Or... we could just leave it as it is, interface is interface, not code, not copyright-able. The attempt to use patents to confuse the issue pretty much shows the weakness of Oracles own case, so even a judge that doesn't really understand the technical aspects can see the game playing.

    1. Richard Plinston Silver badge

      Re: So how much does Oracle owe Microsoft then?

      > And how much does Microsoft owe the POSIX lot?

      And to DRI for the CP/M API used in MS-DOS 1.x.

  11. Anonymous Coward
    Anonymous Coward

    Remember Oracles clone of Windows?

    Oracles (subsidiary Sun), once cloned Windows:

    https://en.wikipedia.org/wiki/Wabi_%28software%29

    "Wabi was a commercial product from Sun Microsystems that implemented the Windows Win16 API specification on Solaris; a version for Linux was also released by Caldera Systems. Wabi supported running applications developed for Windows 3.1, Windows 3.11, and Windows for Workgroups."

    If Sun can clone Windows API then Google can clone Java API, or rather use Dalvik VM that implemented a Java compatible API.

    Oracle cannot pick and choose its history.

    1. Anonymous Coward
      Anonymous Coward

      Re: Oracle cannot pick and choose its history.

      That all depends on how much it wants to spend. For a suitable sum I'm sure it can.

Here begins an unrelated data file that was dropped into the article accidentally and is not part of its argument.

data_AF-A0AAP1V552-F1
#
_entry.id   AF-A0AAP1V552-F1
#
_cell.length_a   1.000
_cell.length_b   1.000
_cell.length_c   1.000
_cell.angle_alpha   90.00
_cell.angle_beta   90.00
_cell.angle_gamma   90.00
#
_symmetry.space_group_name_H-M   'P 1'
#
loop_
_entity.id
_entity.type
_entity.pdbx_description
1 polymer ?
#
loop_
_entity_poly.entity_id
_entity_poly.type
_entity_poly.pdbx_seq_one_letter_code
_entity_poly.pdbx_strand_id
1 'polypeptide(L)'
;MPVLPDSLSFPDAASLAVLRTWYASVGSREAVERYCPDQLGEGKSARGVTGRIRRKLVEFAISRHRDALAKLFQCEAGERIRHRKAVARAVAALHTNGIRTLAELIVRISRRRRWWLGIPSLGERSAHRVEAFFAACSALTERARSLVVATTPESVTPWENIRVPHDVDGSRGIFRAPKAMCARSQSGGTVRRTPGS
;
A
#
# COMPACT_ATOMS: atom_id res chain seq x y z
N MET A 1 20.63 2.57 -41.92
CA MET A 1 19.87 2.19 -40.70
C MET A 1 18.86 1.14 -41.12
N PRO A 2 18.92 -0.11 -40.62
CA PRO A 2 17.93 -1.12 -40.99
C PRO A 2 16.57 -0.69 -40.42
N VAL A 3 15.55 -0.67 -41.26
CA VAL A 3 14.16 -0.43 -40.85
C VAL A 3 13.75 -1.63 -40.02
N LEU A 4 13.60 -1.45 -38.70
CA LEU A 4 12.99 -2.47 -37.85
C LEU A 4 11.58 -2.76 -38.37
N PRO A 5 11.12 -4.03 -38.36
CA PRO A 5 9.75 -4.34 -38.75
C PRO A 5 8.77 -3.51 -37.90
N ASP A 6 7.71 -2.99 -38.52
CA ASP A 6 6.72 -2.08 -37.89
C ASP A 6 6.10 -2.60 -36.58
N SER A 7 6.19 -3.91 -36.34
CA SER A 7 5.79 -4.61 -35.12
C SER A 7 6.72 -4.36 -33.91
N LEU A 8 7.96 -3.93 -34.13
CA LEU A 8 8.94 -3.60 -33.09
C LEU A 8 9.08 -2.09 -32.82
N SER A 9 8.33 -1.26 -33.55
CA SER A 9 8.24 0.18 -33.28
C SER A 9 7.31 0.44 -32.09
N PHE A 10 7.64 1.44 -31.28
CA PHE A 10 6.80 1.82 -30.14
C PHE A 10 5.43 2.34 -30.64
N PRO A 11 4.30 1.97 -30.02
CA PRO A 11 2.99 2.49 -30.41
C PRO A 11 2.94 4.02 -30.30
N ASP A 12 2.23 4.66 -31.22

12. kmac499

    My advice to the Judge..

    Dear Judge:- Whatever result you come up with copyright it, file a patent and charge any lawyer or company a few gazillion to use it in future.

    After all it's just an API (Adjudicated Precedential Interpretation) how you actually came to the result doesn't matter.

  13. allthecoolshortnamesweretaken

    three-point-something bn profit a year - that's almost like real money...

    1. John G Imrie Silver badge
      Joke

      Taxing times

      three-point-something bn profit a year

      Total tax liability 0

  14. knarf

    Google has made NOTHING from Java

    It have made a lot from other peoples Java Apps though.

  15. Erik4872

    Standard Oracle practice

    Why do you think everyone who can is abandoning Solaris? Or Oracle's version of MySQL? Or Oracle's database and software platforms for that matter? When Oracle bought Sun, I knew that was pretty much going to be the end of new Solaris deployments, and that's exactly what's happening. The problem is that Oracle never gives anything away long-term; eventually they will take it back if they see a way to do so.

    Oracle is doing the same thing with Java -- they're now changing the licensing of the runtime environment for customers who use it directly in certain embedded devices -- it used to be a free platform, still is for most uses, and that's why software was written in it, CS programs are based around it, etc. I know a few embedded device manufacturers who are taking the painful step to move years of Java code onto something else just so they don't have the uncertainty of having to suddenly pay millions of dollars when Oracle comes to collect license fees.